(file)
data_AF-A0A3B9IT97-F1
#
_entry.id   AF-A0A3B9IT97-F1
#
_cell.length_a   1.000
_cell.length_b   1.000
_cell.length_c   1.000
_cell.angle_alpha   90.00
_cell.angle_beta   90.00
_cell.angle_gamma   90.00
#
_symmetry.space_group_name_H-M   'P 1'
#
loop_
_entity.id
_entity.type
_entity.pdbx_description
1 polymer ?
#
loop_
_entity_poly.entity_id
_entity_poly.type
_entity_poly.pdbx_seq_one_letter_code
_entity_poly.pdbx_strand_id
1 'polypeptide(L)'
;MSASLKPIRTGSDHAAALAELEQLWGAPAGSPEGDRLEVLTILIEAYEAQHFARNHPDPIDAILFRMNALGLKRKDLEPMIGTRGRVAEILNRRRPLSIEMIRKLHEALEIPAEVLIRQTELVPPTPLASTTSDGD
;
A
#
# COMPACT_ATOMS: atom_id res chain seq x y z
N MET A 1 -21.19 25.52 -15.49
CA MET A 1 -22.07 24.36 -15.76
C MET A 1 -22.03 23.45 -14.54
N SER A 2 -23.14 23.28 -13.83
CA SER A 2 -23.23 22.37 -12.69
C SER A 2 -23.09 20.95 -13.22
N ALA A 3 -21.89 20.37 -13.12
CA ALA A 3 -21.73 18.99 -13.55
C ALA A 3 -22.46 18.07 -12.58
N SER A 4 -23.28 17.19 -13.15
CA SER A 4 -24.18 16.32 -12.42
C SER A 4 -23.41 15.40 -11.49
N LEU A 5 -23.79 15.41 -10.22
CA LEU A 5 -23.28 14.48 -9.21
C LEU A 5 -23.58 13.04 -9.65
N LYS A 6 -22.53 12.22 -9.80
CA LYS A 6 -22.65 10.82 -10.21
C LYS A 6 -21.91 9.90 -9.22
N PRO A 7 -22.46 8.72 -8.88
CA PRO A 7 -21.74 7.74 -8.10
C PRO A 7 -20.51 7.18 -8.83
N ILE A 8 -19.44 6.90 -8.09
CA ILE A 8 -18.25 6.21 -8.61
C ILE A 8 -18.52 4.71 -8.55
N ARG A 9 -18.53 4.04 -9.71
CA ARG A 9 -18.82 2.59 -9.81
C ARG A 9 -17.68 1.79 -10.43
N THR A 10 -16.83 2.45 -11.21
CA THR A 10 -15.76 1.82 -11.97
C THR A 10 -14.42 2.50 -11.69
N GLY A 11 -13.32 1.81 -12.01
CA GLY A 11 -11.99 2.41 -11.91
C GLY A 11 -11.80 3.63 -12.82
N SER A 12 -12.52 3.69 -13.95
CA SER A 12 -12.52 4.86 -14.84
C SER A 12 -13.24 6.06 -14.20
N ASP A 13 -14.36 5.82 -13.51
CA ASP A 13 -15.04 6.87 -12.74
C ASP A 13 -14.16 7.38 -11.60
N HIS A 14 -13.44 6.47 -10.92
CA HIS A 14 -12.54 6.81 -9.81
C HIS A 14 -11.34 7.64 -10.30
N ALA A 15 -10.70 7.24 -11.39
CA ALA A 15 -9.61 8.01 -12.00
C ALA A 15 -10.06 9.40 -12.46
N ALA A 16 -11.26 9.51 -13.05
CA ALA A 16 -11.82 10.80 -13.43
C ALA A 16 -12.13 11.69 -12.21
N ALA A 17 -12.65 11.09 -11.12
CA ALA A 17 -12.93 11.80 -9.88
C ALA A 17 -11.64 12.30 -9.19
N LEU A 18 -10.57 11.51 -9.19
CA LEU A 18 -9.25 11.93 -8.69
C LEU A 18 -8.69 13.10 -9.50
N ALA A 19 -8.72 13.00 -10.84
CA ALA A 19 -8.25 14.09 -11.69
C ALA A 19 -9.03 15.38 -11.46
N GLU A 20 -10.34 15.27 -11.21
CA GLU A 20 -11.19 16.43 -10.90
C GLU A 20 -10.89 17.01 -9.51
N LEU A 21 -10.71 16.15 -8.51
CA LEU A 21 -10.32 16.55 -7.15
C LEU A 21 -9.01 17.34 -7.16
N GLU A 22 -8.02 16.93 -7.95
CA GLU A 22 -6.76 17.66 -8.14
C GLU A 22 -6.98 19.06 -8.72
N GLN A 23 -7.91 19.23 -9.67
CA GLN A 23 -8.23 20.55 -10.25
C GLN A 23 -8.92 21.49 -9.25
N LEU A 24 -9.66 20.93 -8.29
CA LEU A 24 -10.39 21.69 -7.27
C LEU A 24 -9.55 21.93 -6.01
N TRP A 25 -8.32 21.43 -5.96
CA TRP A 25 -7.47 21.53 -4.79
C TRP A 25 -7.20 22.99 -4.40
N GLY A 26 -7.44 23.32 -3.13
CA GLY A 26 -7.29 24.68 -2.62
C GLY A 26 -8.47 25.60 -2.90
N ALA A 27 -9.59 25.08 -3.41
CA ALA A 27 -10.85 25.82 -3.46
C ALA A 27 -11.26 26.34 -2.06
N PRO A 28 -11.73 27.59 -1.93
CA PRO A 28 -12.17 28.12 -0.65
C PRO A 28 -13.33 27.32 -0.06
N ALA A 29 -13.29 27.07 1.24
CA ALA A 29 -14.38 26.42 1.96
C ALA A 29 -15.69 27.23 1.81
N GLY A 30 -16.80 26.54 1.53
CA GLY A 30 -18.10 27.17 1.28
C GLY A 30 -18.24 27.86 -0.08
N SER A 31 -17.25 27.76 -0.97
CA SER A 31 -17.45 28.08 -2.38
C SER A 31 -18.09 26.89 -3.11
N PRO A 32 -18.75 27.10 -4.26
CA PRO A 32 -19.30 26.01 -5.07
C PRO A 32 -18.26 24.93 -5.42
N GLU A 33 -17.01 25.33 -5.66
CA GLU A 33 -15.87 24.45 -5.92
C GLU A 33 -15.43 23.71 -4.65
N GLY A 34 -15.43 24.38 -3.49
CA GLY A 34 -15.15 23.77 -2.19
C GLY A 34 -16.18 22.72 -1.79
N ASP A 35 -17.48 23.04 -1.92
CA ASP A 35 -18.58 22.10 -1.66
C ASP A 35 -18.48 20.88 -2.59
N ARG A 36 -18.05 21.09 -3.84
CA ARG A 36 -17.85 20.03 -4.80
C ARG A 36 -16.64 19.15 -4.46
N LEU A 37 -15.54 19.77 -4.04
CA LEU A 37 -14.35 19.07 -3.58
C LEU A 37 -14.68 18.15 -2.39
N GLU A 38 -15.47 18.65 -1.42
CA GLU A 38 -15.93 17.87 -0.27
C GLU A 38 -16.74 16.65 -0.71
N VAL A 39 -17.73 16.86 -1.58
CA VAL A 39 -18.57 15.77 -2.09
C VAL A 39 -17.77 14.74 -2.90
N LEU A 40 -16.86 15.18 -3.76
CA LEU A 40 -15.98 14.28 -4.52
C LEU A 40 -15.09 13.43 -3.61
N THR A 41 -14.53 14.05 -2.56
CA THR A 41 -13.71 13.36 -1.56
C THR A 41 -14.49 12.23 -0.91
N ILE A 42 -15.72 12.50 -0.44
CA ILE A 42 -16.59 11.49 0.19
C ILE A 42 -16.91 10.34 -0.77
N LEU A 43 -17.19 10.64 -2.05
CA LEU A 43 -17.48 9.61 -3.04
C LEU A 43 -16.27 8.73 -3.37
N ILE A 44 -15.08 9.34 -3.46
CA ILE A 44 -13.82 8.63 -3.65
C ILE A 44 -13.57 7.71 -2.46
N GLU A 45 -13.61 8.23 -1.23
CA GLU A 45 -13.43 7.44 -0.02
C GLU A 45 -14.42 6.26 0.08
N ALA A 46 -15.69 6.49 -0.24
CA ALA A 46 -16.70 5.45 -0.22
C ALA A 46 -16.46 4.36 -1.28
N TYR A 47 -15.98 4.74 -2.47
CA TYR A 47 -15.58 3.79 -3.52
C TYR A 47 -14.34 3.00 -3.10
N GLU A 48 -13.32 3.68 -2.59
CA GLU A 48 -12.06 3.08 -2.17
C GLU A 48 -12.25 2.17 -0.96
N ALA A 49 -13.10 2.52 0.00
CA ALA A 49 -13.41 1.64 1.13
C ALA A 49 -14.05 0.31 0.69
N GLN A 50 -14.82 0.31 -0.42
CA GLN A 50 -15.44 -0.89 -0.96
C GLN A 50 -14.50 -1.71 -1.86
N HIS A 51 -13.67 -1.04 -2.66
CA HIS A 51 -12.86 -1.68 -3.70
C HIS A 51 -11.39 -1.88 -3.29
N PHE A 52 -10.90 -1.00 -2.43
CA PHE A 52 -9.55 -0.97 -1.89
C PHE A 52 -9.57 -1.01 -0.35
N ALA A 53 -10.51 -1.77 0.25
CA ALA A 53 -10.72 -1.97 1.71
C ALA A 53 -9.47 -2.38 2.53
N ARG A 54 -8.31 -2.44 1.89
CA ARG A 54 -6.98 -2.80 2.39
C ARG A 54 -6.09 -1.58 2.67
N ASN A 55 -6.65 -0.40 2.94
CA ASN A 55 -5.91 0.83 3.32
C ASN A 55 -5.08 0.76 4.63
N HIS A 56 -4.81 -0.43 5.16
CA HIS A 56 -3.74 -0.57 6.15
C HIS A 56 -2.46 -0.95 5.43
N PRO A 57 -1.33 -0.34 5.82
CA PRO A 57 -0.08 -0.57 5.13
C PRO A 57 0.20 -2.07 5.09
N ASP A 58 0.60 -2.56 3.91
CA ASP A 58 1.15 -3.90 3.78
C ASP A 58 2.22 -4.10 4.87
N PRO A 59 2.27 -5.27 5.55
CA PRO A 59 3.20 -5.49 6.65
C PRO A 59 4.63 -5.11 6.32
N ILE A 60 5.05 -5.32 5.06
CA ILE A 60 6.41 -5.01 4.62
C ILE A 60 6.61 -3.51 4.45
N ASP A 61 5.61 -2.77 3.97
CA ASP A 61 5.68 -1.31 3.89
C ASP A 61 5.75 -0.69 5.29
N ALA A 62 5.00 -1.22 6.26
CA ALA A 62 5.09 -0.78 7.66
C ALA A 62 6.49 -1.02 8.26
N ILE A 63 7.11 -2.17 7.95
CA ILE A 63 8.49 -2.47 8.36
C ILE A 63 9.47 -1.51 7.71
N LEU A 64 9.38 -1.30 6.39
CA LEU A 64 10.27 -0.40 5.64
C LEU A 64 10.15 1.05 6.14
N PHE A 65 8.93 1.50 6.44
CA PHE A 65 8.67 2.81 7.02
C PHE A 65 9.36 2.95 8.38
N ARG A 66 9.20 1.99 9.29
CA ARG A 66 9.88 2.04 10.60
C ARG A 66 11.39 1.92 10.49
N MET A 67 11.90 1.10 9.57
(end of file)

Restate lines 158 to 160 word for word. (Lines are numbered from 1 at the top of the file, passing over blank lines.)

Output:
CA LEU A 43 -17.48 9.61 -3.04
C LEU A 43 -16.27 8.73 -3.37
N ILE A 44 -15.08 9.34 -3.46